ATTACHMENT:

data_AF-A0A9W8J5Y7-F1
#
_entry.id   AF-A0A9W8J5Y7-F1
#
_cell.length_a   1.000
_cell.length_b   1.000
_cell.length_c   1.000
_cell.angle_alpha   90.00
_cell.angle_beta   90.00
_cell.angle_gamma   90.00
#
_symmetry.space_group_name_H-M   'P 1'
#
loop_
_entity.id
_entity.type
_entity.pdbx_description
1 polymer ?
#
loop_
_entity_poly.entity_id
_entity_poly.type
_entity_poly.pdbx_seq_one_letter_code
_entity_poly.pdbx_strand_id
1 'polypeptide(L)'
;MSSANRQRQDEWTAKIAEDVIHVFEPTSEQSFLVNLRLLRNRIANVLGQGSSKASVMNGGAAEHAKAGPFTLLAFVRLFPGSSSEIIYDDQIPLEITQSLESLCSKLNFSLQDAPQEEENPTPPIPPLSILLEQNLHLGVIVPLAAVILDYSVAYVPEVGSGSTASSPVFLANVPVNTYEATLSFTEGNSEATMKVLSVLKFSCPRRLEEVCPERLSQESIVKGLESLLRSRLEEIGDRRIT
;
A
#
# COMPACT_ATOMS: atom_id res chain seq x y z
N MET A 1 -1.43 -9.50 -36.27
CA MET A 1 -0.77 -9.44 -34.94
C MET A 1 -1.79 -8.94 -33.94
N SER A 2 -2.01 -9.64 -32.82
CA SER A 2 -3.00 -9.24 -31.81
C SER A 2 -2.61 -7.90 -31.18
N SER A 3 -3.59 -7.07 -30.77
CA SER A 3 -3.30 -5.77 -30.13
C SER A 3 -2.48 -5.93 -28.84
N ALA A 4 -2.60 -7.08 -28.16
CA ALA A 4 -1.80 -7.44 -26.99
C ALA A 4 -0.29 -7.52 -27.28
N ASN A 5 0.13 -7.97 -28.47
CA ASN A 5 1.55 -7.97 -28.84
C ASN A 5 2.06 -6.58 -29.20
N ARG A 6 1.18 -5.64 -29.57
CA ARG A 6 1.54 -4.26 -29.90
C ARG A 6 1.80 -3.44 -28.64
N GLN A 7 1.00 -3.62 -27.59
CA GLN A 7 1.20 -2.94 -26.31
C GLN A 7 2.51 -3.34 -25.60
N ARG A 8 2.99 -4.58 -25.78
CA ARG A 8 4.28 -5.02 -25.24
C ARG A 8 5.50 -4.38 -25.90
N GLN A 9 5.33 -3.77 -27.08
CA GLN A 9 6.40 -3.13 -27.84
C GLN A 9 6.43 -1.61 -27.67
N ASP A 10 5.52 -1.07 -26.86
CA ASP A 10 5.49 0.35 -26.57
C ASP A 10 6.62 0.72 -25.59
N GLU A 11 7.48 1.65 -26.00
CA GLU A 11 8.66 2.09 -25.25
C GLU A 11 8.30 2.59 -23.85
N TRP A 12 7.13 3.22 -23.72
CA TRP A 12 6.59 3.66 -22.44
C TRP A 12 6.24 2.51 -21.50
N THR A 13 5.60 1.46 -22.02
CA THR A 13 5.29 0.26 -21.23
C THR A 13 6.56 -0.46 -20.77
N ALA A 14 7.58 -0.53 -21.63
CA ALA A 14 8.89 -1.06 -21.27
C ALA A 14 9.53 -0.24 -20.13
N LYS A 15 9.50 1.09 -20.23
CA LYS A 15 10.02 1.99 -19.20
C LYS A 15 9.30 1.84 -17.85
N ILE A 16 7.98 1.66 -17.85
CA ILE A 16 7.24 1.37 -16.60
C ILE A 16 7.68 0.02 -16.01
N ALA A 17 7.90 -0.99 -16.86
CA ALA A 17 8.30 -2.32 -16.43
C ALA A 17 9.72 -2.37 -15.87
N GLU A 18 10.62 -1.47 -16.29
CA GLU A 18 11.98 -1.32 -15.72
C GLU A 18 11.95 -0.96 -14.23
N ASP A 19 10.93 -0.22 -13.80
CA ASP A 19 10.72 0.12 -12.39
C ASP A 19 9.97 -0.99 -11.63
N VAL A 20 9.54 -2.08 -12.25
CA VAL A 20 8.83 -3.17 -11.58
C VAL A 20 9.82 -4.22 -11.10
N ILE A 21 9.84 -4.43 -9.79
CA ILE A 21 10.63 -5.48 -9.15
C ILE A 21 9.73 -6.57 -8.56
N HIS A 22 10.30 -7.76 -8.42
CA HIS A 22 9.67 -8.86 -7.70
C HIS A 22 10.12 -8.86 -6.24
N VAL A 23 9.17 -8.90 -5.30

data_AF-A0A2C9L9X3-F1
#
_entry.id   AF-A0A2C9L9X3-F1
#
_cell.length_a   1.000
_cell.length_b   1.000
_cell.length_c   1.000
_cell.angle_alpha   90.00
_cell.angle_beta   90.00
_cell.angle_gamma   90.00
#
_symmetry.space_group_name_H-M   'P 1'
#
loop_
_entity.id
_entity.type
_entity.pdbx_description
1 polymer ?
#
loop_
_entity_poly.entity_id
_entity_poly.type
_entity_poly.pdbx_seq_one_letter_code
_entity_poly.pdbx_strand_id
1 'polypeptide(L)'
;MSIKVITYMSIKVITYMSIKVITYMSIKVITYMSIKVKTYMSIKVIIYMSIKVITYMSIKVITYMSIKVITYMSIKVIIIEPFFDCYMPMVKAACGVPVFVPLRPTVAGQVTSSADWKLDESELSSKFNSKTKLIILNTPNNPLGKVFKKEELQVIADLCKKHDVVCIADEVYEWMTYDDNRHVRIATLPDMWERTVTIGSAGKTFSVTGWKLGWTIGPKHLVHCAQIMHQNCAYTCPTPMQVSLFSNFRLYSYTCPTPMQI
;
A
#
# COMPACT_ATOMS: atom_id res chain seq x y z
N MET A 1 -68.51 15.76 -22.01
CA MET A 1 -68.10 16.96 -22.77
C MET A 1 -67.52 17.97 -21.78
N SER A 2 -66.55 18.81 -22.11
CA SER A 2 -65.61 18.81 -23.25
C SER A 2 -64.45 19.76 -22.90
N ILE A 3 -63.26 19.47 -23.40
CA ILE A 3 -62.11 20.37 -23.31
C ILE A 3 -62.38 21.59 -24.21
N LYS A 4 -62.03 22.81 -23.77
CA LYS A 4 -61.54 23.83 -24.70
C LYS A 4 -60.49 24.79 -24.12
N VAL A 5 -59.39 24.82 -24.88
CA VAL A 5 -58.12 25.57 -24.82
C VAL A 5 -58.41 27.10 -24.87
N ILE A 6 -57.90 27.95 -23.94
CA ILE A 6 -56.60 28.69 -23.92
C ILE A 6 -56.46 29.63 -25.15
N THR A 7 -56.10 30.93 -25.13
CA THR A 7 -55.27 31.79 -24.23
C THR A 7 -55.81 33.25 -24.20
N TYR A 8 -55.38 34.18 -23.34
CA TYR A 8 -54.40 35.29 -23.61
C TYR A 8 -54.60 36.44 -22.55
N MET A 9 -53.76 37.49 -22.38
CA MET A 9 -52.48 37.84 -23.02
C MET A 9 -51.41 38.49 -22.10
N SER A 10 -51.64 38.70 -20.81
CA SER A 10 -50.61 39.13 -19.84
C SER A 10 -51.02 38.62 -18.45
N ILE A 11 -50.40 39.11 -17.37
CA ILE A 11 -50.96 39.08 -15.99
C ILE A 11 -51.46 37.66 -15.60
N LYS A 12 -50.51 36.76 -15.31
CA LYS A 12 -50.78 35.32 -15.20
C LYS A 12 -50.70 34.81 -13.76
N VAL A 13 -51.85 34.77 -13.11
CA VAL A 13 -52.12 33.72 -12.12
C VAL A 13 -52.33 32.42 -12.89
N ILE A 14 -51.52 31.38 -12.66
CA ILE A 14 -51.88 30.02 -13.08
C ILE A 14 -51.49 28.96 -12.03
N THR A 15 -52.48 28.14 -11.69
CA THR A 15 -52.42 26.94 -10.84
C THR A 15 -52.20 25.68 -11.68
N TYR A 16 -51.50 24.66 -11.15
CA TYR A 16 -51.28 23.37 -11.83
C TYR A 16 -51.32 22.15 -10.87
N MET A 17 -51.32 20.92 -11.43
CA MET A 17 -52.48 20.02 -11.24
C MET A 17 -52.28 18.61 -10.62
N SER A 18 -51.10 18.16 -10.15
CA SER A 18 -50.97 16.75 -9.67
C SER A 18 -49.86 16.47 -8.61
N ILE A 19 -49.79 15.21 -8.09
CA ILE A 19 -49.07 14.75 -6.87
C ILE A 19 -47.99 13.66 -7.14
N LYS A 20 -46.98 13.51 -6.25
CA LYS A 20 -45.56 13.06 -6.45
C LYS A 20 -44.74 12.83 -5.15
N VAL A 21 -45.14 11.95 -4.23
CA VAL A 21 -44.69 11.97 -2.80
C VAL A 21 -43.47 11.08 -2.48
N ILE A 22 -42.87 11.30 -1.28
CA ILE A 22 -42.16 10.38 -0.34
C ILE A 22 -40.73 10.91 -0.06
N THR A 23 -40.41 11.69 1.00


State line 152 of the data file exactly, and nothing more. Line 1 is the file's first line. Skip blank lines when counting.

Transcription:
N MET A 9 -53.76 37.49 -22.38